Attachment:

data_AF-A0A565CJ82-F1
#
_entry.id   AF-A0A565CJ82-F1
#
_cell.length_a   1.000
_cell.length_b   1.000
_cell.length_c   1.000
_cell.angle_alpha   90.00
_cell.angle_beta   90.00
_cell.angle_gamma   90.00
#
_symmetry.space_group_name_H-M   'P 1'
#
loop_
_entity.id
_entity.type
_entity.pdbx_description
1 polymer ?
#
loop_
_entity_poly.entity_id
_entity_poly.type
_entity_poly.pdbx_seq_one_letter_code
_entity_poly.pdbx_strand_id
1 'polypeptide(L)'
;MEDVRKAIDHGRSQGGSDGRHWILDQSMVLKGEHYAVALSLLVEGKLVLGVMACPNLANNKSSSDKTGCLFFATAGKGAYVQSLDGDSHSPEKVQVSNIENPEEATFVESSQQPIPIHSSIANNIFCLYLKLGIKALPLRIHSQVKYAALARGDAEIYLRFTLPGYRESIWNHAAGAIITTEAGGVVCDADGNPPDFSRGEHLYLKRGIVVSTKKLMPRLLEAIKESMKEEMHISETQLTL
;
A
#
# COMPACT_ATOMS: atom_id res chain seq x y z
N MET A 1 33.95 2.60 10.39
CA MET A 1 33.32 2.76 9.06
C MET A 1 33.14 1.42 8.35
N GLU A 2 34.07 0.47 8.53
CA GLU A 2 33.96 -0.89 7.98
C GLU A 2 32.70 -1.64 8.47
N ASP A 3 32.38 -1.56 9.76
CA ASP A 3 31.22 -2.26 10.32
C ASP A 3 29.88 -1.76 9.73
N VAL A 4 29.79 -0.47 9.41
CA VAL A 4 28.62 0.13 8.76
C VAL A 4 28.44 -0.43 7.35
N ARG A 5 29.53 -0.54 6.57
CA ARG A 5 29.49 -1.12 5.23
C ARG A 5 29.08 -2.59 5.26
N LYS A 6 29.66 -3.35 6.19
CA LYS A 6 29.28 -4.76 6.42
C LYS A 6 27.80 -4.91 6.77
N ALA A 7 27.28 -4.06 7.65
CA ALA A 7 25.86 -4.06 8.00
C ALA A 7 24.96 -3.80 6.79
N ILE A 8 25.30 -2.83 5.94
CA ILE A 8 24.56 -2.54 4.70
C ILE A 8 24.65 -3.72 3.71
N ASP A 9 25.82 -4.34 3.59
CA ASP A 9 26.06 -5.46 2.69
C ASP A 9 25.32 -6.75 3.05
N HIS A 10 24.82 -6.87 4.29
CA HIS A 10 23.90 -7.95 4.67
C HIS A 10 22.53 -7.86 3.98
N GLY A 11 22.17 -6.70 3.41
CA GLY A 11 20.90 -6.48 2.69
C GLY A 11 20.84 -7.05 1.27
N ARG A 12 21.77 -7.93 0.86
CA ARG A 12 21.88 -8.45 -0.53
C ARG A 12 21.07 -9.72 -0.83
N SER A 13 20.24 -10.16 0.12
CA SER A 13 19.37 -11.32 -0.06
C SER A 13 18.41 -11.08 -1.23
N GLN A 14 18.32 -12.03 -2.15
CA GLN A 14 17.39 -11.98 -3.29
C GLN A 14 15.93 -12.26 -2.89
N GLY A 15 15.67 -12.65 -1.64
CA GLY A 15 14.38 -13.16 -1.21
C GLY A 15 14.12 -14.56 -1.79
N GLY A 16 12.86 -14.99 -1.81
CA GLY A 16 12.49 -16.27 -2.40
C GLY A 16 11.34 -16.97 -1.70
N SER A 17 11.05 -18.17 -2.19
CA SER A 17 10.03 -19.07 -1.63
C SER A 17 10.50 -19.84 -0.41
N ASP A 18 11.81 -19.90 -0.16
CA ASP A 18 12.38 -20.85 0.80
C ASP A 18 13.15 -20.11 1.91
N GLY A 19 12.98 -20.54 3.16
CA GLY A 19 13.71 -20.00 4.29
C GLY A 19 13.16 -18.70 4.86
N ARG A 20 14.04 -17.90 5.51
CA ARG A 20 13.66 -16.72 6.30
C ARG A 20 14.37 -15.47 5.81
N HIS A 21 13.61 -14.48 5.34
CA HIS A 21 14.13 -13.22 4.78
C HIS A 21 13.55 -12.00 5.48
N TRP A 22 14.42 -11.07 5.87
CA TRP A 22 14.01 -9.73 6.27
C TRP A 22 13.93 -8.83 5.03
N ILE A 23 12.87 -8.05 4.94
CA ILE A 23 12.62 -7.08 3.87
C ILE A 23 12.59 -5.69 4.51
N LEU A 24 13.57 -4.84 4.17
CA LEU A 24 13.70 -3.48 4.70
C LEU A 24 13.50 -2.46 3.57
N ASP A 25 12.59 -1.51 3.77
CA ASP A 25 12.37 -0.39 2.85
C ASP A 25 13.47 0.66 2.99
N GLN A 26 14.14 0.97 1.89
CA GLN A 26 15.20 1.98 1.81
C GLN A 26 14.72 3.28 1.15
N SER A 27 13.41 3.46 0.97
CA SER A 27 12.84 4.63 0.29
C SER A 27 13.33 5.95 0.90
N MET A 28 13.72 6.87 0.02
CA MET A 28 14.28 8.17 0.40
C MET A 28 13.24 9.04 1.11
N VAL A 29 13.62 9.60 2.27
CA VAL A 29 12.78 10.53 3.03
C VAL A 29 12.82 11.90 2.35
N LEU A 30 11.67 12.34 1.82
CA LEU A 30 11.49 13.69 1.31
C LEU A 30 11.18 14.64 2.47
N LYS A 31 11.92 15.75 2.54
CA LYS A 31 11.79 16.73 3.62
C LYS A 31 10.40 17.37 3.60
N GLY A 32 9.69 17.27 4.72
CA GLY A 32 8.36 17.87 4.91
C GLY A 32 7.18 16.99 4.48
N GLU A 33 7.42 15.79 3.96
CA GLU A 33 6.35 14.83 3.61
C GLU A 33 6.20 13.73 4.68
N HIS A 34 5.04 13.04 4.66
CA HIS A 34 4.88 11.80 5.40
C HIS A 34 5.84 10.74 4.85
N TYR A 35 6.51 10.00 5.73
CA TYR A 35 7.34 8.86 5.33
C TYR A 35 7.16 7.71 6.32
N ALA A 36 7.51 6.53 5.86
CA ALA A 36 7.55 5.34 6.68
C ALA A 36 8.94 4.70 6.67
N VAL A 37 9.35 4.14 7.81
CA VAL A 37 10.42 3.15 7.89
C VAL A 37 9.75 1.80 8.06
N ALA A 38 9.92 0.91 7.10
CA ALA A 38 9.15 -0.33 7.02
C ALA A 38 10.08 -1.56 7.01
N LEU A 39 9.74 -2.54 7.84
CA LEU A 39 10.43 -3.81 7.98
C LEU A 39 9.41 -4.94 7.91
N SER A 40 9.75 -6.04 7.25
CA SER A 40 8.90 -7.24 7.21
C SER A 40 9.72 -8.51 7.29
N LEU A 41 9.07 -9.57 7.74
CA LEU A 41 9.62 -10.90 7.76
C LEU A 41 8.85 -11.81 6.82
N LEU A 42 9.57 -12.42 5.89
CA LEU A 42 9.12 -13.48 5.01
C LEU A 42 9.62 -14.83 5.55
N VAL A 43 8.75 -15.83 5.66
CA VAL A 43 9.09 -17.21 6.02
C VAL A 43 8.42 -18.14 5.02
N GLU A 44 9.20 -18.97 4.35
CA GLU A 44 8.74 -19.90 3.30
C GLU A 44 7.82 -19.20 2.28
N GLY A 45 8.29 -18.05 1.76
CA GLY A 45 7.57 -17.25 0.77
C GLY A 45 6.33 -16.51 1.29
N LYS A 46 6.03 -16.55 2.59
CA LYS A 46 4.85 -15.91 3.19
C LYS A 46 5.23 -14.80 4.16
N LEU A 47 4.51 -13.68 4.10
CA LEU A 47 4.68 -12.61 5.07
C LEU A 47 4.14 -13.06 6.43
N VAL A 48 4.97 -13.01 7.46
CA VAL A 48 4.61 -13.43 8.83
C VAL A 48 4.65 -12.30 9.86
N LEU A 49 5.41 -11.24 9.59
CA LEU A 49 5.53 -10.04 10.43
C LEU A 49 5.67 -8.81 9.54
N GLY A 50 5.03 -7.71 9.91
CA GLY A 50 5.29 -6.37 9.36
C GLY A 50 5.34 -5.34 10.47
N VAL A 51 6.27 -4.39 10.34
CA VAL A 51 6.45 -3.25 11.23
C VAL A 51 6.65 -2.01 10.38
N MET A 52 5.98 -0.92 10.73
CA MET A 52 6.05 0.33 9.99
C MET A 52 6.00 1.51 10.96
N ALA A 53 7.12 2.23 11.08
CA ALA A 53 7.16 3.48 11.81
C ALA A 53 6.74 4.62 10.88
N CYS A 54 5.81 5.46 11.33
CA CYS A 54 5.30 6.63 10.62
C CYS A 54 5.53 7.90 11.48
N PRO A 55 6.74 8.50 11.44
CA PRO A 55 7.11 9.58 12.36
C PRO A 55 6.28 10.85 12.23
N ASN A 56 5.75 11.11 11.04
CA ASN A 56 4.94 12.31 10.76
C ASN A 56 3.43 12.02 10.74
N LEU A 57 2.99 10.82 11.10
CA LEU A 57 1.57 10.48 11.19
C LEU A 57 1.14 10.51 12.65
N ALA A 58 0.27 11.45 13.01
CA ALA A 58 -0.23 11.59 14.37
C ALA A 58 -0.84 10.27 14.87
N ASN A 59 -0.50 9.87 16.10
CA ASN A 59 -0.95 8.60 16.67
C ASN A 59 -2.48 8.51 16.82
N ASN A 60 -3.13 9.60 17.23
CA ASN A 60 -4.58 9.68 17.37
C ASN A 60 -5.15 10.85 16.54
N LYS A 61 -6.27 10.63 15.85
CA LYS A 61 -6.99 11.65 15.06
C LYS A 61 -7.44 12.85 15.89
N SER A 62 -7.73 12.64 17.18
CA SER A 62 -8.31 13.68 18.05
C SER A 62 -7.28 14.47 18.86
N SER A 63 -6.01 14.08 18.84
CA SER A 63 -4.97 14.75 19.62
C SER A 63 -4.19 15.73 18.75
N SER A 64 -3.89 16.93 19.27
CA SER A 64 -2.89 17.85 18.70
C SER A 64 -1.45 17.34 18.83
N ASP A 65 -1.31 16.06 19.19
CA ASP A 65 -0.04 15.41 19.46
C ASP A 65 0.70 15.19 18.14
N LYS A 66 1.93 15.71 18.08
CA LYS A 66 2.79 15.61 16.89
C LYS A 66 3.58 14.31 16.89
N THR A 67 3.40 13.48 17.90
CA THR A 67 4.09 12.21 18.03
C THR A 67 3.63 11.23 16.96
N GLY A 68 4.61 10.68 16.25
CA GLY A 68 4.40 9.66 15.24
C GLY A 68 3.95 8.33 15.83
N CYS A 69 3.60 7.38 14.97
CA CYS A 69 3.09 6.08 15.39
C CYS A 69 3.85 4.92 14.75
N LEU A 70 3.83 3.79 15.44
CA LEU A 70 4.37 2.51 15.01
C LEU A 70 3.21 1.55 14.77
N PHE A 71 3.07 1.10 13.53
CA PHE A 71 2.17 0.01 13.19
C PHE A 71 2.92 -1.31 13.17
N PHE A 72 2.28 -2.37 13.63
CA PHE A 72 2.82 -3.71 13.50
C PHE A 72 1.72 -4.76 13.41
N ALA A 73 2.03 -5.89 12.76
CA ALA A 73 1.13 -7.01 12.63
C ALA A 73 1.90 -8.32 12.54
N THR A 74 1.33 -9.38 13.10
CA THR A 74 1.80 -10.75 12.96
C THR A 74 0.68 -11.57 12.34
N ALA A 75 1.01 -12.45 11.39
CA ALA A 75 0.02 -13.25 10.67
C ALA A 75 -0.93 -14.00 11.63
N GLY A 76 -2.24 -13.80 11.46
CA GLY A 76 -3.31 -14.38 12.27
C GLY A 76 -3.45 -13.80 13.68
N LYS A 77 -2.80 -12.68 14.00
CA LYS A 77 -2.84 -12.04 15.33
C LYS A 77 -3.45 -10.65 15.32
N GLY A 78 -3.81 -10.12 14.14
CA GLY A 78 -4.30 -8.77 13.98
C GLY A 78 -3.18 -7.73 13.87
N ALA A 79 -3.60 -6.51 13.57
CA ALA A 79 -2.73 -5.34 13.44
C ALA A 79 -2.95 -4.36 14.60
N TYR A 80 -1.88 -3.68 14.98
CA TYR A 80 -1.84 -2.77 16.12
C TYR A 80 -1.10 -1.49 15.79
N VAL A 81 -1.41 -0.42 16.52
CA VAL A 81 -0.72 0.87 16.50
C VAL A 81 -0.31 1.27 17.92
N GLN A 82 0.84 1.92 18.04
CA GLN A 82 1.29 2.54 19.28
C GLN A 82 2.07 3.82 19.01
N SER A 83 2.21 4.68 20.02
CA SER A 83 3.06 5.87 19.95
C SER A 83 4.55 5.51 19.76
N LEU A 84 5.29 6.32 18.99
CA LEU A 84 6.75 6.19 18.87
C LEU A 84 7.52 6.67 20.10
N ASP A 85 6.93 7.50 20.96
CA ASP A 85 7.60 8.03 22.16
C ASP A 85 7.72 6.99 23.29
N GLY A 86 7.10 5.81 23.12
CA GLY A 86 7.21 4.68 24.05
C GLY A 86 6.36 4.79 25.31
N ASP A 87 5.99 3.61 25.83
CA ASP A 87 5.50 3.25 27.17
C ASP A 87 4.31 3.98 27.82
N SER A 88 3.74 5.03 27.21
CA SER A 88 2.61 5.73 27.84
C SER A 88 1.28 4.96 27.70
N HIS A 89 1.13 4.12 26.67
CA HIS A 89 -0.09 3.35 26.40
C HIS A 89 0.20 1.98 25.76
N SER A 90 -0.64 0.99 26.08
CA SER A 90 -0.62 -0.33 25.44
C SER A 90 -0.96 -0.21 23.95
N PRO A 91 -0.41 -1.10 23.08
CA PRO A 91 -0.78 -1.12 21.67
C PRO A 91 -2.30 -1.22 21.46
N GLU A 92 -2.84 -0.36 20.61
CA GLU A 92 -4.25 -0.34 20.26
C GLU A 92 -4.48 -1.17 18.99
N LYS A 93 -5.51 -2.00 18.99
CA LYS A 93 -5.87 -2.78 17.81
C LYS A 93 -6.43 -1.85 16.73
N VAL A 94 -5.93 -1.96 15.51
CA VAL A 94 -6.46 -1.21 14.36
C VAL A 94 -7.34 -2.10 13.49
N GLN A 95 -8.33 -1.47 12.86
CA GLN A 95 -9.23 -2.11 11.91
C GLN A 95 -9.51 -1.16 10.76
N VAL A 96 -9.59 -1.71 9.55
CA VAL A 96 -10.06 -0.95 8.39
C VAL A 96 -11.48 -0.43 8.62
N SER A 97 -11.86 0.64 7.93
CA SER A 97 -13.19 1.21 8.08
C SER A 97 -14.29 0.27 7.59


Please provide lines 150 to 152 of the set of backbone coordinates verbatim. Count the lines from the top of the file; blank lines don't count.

C SER A 40 9.72 -8.51 7.29
N LEU A 41 9.07 -9.57 7.74
CA LEU A 41 9.62 -10.90 7.76